We are preparing to change our routing from static routes to the EIGRP protocol. Is there anything we should know prior to doing this? Would it be best to start from our remote sites and work in to the central office or start in and work out?
So we need to add the command:
and then take out the static route that corresponds to see if it worked. Is this the best procedure to follow for all of our sites? Any of your thoughts would be appreciated.
I would start at the central site and then take the remote sites in turn.
Basically you do not need any more than what you specified in your posting.
That is, if this were the only network range that you were using. 155.x.x.x is a class-B range where the network-portion of the adress consists of two bytes. entering network 155.x.y.y will result in a network 155.x.0.0 being used. The y.y will be ignored. You will need to enter all connected networks for each router, i.e. only those DIRECTLY connected to the device.
Changing to EIGRP might also be a good occaision to revise your networks IP-plan and move to a private range of IP adresses. 172.16.0.0 is a class-B range that you can use freely. 172.17 thru 31 are also available.
If you also need to redistribute static routes (Internet, remote-remote?) you will need to add the command -redistribute static- on the router that contains the static routes to be redistributed.
It might be a good idea to read through the configuration guide's task list for configuring EIGRP.
Thanks for your responses. I also am unsure how to determine our autonomous systems. Is each remote site a different AS? Is there a Cisco document that explains this? I have searched and searched without success.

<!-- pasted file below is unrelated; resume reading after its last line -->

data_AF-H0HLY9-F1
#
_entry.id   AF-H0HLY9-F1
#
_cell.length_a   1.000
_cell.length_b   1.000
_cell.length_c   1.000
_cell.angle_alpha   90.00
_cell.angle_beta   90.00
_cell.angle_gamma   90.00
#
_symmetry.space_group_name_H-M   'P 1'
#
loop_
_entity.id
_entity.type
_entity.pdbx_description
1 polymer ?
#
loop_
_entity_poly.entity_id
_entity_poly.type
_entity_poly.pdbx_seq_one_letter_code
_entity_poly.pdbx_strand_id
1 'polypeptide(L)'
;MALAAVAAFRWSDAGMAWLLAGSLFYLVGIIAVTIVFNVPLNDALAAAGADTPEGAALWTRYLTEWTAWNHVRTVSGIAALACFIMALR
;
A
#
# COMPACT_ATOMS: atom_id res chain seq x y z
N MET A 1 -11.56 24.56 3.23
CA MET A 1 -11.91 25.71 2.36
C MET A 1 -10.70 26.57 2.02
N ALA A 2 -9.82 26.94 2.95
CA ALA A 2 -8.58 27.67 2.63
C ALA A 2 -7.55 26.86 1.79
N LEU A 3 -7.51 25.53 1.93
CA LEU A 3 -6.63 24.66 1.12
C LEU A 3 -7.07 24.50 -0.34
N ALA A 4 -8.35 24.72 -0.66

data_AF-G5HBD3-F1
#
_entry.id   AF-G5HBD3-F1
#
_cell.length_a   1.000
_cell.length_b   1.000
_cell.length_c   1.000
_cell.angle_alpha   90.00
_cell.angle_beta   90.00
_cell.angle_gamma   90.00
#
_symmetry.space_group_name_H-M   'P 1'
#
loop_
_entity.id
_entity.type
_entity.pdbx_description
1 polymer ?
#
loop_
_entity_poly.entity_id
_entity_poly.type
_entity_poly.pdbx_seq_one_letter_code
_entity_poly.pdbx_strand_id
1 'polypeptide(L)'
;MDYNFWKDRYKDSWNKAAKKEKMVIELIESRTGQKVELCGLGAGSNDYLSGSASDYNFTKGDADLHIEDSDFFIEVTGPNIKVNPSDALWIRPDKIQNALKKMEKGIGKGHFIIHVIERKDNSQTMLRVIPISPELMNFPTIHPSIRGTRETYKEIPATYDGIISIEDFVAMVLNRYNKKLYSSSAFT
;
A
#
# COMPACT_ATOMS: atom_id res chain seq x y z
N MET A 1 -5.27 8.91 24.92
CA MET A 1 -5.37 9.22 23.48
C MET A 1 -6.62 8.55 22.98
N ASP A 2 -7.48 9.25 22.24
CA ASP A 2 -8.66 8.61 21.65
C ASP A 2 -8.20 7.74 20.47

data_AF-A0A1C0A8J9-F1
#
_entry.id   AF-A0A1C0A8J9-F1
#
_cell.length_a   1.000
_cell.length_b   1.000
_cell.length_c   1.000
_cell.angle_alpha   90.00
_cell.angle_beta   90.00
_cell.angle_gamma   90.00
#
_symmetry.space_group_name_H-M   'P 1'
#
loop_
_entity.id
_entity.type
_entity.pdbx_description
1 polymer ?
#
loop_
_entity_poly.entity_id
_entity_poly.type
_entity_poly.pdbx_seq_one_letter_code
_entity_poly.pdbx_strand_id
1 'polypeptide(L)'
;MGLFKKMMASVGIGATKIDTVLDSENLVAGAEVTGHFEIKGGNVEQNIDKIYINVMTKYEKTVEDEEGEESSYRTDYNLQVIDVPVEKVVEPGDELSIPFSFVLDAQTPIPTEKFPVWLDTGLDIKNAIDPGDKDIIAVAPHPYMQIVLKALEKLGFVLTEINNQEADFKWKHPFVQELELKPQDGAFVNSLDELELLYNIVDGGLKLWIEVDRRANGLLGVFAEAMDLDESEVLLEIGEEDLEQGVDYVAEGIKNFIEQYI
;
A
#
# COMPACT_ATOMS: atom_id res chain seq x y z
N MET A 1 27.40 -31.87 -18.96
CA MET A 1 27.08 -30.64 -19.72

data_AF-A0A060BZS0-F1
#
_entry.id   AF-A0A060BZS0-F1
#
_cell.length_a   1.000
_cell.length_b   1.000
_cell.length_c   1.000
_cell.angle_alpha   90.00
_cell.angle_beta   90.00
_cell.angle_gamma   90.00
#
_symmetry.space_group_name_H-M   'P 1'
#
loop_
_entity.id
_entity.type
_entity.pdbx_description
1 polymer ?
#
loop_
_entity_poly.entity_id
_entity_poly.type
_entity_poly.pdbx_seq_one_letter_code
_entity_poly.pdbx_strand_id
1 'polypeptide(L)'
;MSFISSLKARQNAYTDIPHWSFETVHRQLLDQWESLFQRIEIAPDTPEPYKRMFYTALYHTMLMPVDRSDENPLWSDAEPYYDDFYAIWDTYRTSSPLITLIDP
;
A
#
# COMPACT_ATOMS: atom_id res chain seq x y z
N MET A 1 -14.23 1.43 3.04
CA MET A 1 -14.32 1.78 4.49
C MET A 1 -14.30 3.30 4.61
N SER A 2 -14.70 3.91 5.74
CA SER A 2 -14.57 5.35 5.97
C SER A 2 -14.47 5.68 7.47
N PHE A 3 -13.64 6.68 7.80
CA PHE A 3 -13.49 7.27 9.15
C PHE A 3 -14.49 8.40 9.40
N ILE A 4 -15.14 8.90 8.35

I agree with all the posting and just wanted to add a little bit to the second posting by Leo that depending on the version of IOS, the later versions allow you to actually specify a wild card mask AFTER specifying the network in EIGRP. That is you can do "network 155.x.x.x y.y.y.y" where y is the wild card mask. I can't remember what version so it's best to check the Cisco Configuration Guide Book for your version of IOS.
BTW, don't forget that when you're carrying out the change over, make sure you'll use the IP address of the WAN interface (on remote routers) instead of Ethernet cause I saw people panic when they lost connection to the Ethernet interface and forgetting that they still have the WAN connection :-)
[toc:faq]The ProblemOn traditional switches whenever we have a trunk
interface we use the VLAN tag to demultiplex the VLANs. The switch needs
to determine which MAC Address table to look in for a forwarding
decision. To do this we require the switch to do...
[toc:faq]Introduction:Netdr is a tool available on a RSP720, Sup720 or
Sup32 that allows one to capture packets on the RP or SP inband. The
netdr command can be used to capture both Tx and Rx packets in the
software switching path. This is not a substitut...
IntroductionOSPF, being a link-state protocol, allows for every router
in the network to know of every link and OSPF speaker in the entire
network. From this picture each router independently runs the Shortest
Path First (SPF) algorithm to determine the b...